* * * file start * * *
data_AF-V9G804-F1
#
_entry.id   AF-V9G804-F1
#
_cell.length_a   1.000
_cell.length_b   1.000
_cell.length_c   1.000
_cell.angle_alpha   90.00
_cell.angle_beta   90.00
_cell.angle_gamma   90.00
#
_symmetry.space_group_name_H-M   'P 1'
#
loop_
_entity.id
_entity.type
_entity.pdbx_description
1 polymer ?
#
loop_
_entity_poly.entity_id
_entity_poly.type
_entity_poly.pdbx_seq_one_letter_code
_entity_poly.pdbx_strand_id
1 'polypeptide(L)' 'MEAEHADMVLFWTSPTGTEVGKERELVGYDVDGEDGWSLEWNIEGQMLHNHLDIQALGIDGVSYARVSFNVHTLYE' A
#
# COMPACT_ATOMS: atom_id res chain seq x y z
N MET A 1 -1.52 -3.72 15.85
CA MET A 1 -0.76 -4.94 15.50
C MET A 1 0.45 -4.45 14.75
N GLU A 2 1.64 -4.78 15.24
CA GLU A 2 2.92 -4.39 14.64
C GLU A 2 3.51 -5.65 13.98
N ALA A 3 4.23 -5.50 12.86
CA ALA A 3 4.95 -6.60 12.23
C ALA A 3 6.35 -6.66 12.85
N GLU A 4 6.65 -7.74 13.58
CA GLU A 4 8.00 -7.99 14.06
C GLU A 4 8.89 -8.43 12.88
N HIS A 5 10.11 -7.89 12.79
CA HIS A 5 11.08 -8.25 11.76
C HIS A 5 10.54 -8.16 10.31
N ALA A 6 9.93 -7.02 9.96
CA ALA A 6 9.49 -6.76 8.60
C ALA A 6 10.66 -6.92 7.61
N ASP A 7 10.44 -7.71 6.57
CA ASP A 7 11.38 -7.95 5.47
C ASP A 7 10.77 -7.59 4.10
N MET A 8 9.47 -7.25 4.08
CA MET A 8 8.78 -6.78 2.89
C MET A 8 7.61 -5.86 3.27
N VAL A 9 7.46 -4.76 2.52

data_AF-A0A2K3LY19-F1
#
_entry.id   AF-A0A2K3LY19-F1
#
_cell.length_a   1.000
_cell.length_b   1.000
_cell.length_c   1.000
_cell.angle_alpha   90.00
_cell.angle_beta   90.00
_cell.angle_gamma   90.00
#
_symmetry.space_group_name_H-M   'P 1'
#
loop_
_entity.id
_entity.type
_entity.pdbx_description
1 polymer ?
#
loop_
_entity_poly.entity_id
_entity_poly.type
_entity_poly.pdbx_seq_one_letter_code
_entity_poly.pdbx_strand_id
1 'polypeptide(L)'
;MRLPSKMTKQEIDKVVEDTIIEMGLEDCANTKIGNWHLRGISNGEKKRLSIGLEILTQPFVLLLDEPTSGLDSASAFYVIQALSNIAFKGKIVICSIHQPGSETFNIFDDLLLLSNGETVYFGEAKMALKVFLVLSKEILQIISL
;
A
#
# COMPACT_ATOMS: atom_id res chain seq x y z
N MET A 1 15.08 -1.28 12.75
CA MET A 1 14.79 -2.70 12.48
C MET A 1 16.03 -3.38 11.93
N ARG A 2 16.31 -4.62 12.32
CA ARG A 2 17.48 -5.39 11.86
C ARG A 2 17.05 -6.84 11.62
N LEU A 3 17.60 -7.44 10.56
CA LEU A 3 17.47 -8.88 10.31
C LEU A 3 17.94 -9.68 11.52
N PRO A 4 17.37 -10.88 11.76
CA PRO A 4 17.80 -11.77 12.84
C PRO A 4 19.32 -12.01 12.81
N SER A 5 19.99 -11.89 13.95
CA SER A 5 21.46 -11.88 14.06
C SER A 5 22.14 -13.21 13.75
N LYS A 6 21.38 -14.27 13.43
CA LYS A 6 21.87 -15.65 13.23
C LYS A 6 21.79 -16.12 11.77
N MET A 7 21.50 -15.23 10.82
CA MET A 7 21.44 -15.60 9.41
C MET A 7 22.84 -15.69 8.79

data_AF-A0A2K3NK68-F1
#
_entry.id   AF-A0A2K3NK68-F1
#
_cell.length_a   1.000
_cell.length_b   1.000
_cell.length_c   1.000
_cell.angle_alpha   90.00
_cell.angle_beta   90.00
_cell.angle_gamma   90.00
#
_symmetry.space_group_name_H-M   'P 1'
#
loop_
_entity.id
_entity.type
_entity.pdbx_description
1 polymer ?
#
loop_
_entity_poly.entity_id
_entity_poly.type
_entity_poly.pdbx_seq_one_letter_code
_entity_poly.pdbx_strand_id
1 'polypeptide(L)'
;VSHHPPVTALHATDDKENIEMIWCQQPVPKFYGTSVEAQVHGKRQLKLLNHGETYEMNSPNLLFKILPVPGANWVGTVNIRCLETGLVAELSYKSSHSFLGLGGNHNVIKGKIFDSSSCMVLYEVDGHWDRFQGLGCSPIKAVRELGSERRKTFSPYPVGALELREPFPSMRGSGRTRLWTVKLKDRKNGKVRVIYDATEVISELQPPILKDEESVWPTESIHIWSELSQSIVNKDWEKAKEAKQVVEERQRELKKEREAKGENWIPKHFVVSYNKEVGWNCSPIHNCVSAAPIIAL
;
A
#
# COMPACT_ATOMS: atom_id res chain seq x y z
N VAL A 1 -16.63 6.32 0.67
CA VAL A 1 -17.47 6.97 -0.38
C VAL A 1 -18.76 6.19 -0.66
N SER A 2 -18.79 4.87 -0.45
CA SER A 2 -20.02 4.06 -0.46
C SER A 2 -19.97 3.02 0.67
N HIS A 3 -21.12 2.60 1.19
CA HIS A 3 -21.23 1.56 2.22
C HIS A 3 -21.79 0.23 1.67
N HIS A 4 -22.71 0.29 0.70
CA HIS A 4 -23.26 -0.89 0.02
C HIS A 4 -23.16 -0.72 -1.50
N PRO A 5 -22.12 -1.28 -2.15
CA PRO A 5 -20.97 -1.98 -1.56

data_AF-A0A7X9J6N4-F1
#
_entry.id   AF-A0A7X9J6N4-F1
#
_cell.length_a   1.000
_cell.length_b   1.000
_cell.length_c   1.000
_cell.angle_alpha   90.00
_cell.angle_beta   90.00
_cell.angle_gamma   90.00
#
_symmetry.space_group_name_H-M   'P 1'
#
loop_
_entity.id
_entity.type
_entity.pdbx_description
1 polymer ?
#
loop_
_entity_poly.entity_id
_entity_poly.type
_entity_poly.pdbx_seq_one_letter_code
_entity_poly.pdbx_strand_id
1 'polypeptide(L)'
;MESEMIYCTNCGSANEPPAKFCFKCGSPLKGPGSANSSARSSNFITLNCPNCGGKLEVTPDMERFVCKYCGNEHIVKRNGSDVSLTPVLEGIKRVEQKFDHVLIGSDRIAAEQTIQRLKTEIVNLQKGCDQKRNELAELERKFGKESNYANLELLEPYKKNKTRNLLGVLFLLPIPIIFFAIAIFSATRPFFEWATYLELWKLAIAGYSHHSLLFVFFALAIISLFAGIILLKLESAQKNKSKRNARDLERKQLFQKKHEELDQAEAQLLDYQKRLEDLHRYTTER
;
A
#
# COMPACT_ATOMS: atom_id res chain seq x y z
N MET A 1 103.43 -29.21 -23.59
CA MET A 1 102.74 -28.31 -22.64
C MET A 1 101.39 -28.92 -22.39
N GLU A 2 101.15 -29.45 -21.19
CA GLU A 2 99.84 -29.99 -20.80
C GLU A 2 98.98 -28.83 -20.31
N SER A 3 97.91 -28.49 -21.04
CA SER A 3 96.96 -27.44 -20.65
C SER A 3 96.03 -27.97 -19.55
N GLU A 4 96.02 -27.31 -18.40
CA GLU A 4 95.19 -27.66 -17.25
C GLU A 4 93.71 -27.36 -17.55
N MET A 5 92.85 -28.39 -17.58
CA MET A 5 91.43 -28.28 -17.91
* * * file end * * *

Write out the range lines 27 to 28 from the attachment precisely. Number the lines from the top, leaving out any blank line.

# COMPACT_ATOMS: atom_id res chain seq x y z
N MET A 1 -1.52 -3.72 15.85